Is Antoine Walker For Real?

Dateline: 11/21/97
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AFTER SEEING ANTOINE WALKER play so well against the New Jersey Nets on TV, I started to believe the hype surrounding him. When a big man can shoot, pass, and rebound like that, he's unstoppable.

  • Unfortunately for Boston, Walker doesn't normally shoot, pass, and rebound like that. His field goal percentage, free throw percentage, three-point percentage, assists, and rebounds in that game were all better than his season averages. Walker's offensive and defensive ratings in that game were 110.8 and 89.5; his season numbers prior to that game were 91.3 and 98.5.
  • At last count, 66 NBA players were shooting 50% or worse from the line. That is almost 20% of all the players in the league. Aside from the well-chronicled ones like Shaq, Rodman, Chris Dudley, and Nick Anderson, there is also Tim Duncan, Stacey Augmon, Chris Gatling, Greg Ostertag, Bob Sura, Cedric Henderson, Tyrone Hill, Calbert Cheaney, Tim Thomas, and Jermaine O'Neal.
  • The javascript calculator of last week's article can also be used to evaluate individuals. For example, if you really think that Antoine Walker should score on 50% of his possessions, what is the chance that he would score on only 70 of 152? Plug in to the calculator the values 0.5, 70, and 82 (=152-70). You find that if he truly does have a 50% floor percentage, he has only a 19% of scoring on 70 (or fewer) possessions out of 152.
  • The biggest disappointment thus far is Toronto. Damon Stoudamire has played well, but last year's surprises Walt Williams and Doug Christie have been reminding everyone why they were obtained so cheaply.
  • The second biggest disappointment is Detroit. The Pistons' offseason personnel moves were bad, losing Otis Thorpe and Terry Mills, while picking up Brian Williams, who has made just about every team he's joined worse than it had been. But it is Grant Hill's inability to hit the open jumpers that is accentuating the team's troubles.
  • Given how well Orlando has done without Penny Hardaway and how well Detroit did in one game without Grant Hill, it makes you wonder whether these do-it-all kind of players do-too-much.
  • After Atlanta's first loss, a 21 pointer to the Knicks, they had outscored their first 12 opponents by an average of 2.5 points per game. That scoring margin usually equates to a team that wins only 7 or 8 of those 12, not 11.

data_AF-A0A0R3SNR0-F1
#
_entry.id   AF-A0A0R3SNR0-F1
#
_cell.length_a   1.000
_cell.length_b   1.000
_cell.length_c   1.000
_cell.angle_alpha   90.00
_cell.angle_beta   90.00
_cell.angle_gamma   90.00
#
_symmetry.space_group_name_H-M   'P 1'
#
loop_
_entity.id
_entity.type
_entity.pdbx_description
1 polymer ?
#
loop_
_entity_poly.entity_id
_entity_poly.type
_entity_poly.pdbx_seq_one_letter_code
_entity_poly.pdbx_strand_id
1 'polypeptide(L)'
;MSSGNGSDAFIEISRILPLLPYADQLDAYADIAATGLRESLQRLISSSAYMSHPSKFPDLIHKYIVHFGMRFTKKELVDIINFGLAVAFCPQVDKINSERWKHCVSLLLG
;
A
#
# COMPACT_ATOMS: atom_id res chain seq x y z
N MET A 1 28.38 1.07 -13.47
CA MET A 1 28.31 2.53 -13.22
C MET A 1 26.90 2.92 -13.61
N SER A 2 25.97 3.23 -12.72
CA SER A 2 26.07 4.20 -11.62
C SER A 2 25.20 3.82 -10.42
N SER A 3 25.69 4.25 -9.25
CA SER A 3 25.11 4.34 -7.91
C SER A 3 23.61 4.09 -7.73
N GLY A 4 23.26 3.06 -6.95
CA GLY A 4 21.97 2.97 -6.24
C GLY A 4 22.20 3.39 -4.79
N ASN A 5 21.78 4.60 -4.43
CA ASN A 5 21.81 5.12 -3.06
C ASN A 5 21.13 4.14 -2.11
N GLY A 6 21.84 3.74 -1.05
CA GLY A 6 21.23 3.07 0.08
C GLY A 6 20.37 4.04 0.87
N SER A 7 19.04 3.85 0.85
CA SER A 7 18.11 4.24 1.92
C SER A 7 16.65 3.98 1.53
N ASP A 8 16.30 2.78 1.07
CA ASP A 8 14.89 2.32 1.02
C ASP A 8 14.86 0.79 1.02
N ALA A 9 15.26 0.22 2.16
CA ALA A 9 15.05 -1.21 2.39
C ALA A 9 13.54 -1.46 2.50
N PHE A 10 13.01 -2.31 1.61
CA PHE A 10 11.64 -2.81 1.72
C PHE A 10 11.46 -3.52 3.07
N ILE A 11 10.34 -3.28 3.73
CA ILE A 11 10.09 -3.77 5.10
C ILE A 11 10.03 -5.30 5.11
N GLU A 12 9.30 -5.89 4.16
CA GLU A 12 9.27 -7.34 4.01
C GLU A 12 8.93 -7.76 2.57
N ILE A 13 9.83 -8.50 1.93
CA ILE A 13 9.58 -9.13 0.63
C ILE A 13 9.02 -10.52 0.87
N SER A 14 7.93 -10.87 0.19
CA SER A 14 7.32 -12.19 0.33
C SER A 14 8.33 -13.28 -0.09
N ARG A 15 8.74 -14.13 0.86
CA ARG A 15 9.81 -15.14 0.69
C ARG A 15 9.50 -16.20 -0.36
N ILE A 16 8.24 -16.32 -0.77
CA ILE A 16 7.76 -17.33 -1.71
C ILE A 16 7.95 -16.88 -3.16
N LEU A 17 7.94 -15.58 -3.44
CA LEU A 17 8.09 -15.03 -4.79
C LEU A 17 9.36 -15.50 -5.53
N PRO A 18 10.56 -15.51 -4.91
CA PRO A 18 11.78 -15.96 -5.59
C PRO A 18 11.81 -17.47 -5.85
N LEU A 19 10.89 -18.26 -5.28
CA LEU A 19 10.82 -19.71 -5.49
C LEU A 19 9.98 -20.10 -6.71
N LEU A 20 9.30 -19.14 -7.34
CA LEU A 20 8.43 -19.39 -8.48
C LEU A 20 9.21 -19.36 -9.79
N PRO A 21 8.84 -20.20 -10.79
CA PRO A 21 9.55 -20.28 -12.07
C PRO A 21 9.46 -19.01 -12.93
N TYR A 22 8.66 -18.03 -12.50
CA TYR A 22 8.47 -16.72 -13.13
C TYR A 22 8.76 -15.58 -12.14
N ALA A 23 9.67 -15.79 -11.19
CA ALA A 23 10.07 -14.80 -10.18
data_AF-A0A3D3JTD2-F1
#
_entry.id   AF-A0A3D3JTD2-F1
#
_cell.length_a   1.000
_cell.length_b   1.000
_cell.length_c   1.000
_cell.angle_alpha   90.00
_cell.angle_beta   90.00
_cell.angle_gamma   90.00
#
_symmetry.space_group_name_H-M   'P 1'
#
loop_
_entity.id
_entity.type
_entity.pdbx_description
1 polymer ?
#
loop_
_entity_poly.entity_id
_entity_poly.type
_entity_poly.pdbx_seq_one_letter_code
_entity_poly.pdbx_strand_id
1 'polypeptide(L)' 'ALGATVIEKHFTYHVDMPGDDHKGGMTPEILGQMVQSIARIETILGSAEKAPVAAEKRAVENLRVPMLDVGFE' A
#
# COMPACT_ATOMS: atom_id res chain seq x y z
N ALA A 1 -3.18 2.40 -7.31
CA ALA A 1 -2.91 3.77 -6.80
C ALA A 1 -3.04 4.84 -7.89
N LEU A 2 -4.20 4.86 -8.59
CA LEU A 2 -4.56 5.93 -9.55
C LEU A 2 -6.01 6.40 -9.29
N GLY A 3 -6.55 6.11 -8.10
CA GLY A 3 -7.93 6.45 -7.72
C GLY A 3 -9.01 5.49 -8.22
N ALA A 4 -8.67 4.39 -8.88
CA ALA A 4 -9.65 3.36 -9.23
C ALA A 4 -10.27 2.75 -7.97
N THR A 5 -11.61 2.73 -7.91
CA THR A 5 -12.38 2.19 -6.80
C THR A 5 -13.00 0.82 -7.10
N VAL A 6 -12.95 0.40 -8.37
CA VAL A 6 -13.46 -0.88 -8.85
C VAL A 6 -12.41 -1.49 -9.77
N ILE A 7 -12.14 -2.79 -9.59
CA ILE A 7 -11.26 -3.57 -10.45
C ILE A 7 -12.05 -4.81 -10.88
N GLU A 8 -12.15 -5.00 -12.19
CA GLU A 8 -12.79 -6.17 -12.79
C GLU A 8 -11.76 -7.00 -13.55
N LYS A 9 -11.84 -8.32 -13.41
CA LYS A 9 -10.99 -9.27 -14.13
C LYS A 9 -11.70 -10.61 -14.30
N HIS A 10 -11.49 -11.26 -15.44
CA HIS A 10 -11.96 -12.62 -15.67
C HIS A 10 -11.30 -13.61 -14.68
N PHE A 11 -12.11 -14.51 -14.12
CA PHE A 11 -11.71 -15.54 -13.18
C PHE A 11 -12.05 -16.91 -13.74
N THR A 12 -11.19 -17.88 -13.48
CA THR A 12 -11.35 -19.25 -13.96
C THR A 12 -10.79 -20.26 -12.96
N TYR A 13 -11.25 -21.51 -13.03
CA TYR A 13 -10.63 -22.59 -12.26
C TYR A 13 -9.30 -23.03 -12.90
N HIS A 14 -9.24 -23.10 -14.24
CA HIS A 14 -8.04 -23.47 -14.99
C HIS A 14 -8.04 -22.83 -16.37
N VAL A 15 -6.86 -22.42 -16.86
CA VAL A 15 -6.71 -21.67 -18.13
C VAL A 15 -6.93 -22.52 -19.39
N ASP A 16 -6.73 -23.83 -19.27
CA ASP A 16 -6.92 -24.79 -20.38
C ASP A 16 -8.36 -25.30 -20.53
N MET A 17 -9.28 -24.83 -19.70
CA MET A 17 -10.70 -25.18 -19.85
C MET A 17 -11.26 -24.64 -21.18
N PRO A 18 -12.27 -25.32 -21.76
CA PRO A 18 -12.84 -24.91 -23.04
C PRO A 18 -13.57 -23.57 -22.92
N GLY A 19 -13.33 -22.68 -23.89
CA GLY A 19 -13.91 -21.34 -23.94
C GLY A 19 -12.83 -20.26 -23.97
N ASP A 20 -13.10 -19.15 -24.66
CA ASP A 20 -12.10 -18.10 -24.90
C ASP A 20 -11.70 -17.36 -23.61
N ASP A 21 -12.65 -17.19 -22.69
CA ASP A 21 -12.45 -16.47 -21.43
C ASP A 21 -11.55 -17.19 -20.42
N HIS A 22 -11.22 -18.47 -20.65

• Despite having two great defensive players in David Robinson and Tim Duncan, history's trend showing that Twin Towers do not necessarily make a great defense is proving accurate. The Spurs are playing better than average defense, but can't match the Knicks, the Bulls, or the Cavs in their ability to stifle another offense.
  • The Lakers are looking like the best team in the league, but Rick Fox is struggling, Shaq is hurt again, and both Eddie Jones and Nick Van Exel are playing over their heads. The team will come down to earth in January, but if the gains by Jones, Van Exel, and Robert Horry are real, the team will be the best in the west. If Kobe Bryant is hitting his J, then they're even tougher.
  • Woof-woof! Allen Iverson is continuing the improvement of his rookie year, putting up numbers reminiscent of a younger Jordan. Stephon Marbury had 15 turnovers in his last two games.
  • Just as Jordan inspired bald heads, Iverson is inspiring corn rows. Just as no one could live up to Jordan...
  • Anyone who tells you that Miami is surviving just fine without Alonzo Mourning is a fool. Miami allowed opponents more than 100 points only 11 times last year. They have allowed 100 points or more 6 times in their first 11 games this year.
  • Scoring is slightly down this season, but the NBA shouldn't worry. This is the first time in more than a decade that the pace of the game has actually picked up. The great offensive players may be getting old, but at least the younger guys are starting to force a faster pace. I don't know for sure, but I think the longer three-point line may also have something to do with it...